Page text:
At the close of 2013, the Thomson Reuters/PayNet Small Business Lending Index (SBLI) reached its highest point in seven years. The SBLI has proven to be a strongly correlated indicator of GDP by up to five months in some cases since small businesses traditionally are more adept at responding to economic conditions than their larger business counterparts. This growth is wonderful news to banks that have not only been hit by stagnant deposits in recent years, but have also been challenged to generate new commercial activity while sustaining profitable and high performing loan portfolios.
Regardless of the seemingly improving commercial opportunity, banks still need to challenge their traditional train of thought around small business lending. Working with a small business to provide a commercial loan product is not the end game. Instead, there is too much additional potential for interaction being lost in nurturing these small businesses while at the same time growing and maturing those relationships to enable that customer to become more profitable for the bank.
Supporting Cash Flow
Bankers do have options for implementing an alternative commercial lending strategy and approach. Tighter risk measures and stricter guidelines leave many banks still hesitant to fully commit to commercial real estate loans at the same volume of five or so years ago. However, consider that small businesses are always looking for capital financing, short and longer term, to fund their basic operational needs. Supporting ongoing cash flow is what they need to ultimately fuel their own sustainability and then achieve any future growth.
Banks should explore small businesses’ needs for cash to purchase equipment, update systems and facilities, hiring and more. Interestingly, companies in their infancy as well as more established businesses are potential customers. Particularly within niche markets, perhaps indicated by geographic or industry factors, banks have low-hanging fruit to target their outreach. Institutions in the Midwest, Southwest and select Northeast areas are naturally suited for high growth in the energy sector as the boom in oil and natural gas drilling feeds supplementary industries. Healthcare is experiencing double-digit growth annually and is expected to continue this trajectory. Trucking and manufacturing are enjoying regional booms with more national, wider spread impact pending.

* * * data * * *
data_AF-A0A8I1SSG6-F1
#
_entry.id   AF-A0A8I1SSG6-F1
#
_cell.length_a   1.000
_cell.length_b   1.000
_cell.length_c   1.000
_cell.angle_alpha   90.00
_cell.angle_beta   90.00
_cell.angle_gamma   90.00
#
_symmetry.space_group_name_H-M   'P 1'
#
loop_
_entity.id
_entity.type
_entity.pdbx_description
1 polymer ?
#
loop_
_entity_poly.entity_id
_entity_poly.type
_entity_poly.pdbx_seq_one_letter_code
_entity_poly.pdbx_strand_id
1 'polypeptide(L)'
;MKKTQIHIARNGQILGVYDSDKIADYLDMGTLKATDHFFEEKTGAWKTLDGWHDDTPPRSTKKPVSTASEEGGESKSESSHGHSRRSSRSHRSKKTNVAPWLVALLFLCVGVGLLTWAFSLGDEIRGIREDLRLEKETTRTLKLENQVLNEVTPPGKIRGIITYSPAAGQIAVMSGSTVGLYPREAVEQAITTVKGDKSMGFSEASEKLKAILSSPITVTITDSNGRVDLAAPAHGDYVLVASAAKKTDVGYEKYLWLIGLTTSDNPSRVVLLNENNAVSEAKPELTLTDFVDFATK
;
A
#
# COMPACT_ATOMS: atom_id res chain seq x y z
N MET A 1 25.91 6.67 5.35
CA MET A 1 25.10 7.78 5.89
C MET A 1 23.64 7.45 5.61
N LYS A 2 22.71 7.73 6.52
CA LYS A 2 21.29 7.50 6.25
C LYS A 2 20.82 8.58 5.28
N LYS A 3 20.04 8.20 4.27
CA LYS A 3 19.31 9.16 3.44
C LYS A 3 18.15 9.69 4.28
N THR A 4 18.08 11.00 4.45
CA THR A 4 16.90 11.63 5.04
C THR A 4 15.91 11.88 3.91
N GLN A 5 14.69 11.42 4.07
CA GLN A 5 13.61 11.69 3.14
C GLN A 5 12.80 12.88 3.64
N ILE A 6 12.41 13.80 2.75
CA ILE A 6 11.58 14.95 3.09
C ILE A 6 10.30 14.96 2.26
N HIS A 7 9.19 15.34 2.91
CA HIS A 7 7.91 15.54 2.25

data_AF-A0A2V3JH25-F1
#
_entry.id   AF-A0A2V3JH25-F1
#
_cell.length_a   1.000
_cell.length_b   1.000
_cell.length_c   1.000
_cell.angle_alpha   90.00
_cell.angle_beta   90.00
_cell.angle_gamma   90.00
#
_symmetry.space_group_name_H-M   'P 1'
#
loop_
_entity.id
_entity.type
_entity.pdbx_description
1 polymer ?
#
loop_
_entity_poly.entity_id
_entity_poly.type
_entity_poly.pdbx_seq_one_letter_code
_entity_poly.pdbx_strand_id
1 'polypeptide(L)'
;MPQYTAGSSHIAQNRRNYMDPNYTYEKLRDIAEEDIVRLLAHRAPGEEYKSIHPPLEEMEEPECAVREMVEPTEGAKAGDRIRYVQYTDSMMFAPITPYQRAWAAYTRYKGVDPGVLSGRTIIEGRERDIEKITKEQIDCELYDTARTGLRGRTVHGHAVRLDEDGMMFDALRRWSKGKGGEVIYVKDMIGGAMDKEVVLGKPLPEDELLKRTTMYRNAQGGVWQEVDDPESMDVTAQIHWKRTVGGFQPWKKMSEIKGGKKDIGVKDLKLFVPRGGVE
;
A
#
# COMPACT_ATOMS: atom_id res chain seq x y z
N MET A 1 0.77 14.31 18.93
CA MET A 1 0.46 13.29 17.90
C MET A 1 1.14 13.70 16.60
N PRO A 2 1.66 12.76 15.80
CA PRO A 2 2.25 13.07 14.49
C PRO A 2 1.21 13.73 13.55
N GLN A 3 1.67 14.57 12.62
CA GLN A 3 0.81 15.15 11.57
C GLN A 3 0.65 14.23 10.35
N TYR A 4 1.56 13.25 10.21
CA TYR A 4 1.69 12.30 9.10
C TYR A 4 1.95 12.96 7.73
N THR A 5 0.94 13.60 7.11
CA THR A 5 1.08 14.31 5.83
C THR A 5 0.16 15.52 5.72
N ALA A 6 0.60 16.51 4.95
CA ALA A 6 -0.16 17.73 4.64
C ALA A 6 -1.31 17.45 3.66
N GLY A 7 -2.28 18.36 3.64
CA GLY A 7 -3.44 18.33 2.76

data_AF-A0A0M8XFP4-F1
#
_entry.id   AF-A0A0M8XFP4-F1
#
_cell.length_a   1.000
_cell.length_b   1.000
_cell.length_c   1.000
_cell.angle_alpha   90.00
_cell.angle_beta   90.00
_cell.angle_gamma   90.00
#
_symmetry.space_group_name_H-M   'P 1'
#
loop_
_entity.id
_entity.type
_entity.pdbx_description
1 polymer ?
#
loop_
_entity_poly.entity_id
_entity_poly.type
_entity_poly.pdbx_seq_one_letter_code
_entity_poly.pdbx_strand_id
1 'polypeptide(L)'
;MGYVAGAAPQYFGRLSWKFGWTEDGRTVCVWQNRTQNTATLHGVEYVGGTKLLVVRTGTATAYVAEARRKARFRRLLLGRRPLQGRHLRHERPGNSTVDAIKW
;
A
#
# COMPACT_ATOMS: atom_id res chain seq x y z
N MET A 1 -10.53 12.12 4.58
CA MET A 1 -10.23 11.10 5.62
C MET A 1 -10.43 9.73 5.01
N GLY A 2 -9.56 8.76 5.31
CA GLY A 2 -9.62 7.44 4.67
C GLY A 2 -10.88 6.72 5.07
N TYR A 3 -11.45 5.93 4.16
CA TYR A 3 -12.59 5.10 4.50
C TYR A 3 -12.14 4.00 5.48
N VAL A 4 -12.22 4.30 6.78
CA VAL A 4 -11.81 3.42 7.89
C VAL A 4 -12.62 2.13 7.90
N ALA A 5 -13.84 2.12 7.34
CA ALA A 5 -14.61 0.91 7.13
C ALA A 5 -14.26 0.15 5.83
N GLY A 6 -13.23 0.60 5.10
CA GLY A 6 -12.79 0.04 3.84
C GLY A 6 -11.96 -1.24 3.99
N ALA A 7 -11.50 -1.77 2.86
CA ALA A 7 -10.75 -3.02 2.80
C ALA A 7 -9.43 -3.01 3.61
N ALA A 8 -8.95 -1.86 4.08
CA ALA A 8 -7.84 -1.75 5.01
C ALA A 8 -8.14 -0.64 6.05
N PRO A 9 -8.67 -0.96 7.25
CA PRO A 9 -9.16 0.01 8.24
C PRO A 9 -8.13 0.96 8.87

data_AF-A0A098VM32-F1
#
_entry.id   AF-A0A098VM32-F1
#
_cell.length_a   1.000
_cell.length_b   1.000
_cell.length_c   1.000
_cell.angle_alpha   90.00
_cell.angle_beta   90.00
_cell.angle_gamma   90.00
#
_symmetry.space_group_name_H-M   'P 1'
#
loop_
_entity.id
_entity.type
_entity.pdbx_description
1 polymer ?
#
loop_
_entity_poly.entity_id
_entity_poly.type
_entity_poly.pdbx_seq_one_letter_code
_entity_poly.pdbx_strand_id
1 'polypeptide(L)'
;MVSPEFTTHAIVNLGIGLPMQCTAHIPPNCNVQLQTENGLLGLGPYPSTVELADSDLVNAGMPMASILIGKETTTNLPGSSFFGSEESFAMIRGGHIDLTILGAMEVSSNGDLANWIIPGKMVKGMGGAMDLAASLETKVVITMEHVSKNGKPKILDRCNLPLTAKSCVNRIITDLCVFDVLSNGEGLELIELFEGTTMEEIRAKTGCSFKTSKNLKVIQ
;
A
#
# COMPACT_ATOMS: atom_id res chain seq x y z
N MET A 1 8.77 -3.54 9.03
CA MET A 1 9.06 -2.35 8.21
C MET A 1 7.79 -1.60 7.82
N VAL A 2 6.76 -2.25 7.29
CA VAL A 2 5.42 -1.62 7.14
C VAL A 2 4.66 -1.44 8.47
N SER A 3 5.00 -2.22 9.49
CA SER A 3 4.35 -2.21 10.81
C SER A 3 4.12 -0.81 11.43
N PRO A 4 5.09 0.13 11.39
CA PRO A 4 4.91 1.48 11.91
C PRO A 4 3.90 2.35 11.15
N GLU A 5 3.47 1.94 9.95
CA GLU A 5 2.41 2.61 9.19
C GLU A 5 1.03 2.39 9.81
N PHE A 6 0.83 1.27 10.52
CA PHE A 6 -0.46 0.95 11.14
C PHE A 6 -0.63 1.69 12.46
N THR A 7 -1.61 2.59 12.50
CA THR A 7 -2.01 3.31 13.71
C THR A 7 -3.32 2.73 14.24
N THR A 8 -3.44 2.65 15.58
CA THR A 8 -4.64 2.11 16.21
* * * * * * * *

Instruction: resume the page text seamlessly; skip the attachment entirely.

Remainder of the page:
Banks are also troubled with the delinquency rate for loan repayments across small businesses averaging 180 days as these entities are struggling to pay back monthly loan payments on time. For some businesses and entrepreneurs who are not as skilled or experienced as required for growth, banks can be more than just a lender – they can build ecosystems of advisors. Consider, for example, Live Oak Bank out of Wilmington, N.C. The $427 million institution has brought experts into the bank across certain business specialties to help advise small business customers on everything from operations and cash flow to marketing and other aspects of running their day-to-day business. Interestingly, the delinquency rate on Live Oak’s portfolio of small business loans (SBA 7(a) products) is only 1%. And by the way, the bank’s small business portfolio is third in size only behind Wells Fargo and U.S. Bank.
Banks can be successful now in their small business relationships for several reasons. For one, economic growth will continue to create demands for goods and services. Sustained growth, albeit slow, always fuels loan demand. Money is also strong in equity markets and has been moving up the chain into major niche markets and for much larger deals. And don’t forget that small businesses have fewer options for funding beyond friends and family. This opens more opportunity for banks, particularly community institutions, to step in and fill the void.
If bankers can overcome their limited view of how small businesses can be served, they will discover that offering alternative financing options, niche markets and expanded commercial services will provide immediate and long-term revenue opportunities. Pursuing these endeavors with your institution’s basic knowledge of sound lending principles, small business guidelines and overall economic awareness can be a responsible and profitable venture.
Ms. McHugh is SBA product manager for Wilmington, N.C.-based nCino. She may be reached at firstname.lastname@example.org.